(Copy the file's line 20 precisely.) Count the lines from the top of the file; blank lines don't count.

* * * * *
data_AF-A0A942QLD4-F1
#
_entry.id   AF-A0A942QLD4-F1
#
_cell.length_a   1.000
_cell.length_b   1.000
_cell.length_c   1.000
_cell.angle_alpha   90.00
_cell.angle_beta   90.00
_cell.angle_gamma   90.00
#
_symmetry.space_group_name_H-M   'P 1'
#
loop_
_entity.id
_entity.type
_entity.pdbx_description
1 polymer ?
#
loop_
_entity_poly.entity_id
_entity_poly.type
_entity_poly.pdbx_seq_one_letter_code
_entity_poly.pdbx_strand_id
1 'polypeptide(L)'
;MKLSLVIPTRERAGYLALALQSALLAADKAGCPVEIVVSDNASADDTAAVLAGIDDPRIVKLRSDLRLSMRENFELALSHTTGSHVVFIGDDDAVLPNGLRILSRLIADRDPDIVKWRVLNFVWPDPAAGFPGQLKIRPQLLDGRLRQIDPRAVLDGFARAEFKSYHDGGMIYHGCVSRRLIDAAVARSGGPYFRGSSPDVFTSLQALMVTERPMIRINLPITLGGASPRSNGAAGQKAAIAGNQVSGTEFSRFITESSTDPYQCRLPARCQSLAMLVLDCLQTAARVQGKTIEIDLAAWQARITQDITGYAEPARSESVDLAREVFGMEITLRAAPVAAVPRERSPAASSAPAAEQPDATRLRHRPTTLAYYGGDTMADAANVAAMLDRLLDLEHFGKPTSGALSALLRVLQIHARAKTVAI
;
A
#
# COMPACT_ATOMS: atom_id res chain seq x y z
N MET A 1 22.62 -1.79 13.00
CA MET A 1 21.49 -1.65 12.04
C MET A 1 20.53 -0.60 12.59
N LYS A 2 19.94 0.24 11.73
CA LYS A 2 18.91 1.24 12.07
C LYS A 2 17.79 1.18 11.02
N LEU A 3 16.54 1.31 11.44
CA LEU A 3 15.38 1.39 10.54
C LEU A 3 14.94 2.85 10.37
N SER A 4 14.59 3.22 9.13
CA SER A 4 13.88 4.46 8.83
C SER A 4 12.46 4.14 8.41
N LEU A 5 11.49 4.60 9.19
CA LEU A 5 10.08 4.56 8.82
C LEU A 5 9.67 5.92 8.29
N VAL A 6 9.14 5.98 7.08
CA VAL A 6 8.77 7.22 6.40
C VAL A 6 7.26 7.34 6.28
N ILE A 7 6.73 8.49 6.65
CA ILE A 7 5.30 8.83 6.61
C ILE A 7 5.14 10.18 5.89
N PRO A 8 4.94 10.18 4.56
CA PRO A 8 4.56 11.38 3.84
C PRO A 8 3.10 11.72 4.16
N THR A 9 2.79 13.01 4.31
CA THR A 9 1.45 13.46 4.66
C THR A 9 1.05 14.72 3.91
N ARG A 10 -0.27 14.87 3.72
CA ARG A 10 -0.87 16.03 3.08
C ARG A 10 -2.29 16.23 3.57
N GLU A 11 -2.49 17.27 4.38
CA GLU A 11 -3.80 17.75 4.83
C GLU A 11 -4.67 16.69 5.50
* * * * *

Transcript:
loop_